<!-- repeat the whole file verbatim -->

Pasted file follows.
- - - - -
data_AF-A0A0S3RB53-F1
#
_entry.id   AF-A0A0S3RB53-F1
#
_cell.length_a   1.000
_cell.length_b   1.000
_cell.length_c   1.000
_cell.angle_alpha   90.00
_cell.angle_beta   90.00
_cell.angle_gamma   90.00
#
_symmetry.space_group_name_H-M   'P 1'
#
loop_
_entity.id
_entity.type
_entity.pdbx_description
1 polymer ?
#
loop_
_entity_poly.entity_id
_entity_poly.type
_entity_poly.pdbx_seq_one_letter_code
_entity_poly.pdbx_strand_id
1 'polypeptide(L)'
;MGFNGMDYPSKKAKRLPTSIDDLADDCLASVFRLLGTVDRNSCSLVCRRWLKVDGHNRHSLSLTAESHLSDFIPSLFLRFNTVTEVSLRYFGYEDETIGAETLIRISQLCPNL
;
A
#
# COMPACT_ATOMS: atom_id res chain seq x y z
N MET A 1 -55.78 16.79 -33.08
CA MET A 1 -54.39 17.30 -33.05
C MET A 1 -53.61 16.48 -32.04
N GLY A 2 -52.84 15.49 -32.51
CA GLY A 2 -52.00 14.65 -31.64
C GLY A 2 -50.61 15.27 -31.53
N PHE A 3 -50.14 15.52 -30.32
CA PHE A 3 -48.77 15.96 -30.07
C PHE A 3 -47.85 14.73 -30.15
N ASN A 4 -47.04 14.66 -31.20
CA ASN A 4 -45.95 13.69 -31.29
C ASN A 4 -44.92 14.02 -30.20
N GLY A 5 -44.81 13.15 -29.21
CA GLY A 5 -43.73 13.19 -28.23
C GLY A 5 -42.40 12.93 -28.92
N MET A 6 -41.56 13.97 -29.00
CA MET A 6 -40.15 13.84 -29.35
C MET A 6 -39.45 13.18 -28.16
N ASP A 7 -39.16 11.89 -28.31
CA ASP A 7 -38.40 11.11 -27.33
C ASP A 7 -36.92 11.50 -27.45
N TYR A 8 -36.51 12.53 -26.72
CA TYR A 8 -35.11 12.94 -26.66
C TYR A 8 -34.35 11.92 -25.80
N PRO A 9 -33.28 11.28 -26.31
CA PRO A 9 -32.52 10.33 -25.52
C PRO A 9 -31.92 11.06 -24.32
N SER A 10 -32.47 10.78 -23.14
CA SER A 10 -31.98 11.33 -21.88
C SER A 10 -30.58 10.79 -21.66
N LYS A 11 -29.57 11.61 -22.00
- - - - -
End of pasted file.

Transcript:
data_AF-A0A0S3RB53-F1
#
_entry.id   AF-A0A0S3RB53-F1
#
_cell.length_a   1.000
_cell.length_b   1.000
_cell.length_c   1.000
_cell.angle_alpha   90.00
_cell.angle_beta   90.00
_cell.angle_gamma   90.00
#
_symmetry.space_group_name_H-M   'P 1'
#
loop_
_entity.id
_entity.type
_entity.pdbx_description
1 polymer ?
#
loop_
_entity_poly.entity_id
_entity_poly.type
_entity_poly.pdbx_seq_one_letter_code
_entity_poly.pdbx_strand_id
1 'polypeptide(L)'
;MGFNGMDYPSKKAKRLPTSIDDLADDCLASVFRLLGTVDRNSCSLVCRRWLKVDGHNRHSLSLTAESHLSDFIPSLFLRFNTVTEVSLRYFGYEDETIGAETLIRISQLCPNL
;
A
#
# COMPACT_ATOMS: atom_id res chain seq x y z
N MET A 1 -55.78 16.79 -33.08
CA MET A 1 -54.39 17.30 -33.05
C MET A 1 -53.61 16.48 -32.04
N GLY A 2 -52.84 15.49 -32.51
CA GLY A 2 -52.00 14.65 -31.64
C GLY A 2 -50.61 15.27 -31.53
N PHE A 3 -50.14 15.52 -30.32
CA PHE A 3 -48.77 15.96 -30.07
C PHE A 3 -47.85 14.73 -30.15
N ASN A 4 -47.04 14.66 -31.20
CA ASN A 4 -45.95 13.69 -31.29
C ASN A 4 -44.92 14.02 -30.20
N GLY A 5 -44.81 13.15 -29.21
CA GLY A 5 -43.73 13.19 -28.23
C GLY A 5 -42.40 12.93 -28.92
N MET A 6 -41.56 13.97 -29.00
CA MET A 6 -40.15 13.84 -29.35
C MET A 6 -39.45 13.18 -28.16
N ASP A 7 -39.16 11.89 -28.31
CA ASP A 7 -38.40 11.11 -27.33
C ASP A 7 -36.92 11.50 -27.45
N TYR A 8 -36.51 12.53 -26.72
CA TYR A 8 -35.11 12.94 -26.66
C TYR A 8 -34.35 11.92 -25.80
N PRO A 9 -33.28 11.28 -26.31
CA PRO A 9 -32.52 10.33 -25.52
C PRO A 9 -31.92 11.06 -24.32
N SER A 10 -32.47 10.78 -23.14
CA SER A 10 -31.98 11.33 -21.88
C SER A 10 -30.58 10.79 -21.66
N LYS A 11 -29.57 11.61 -22.00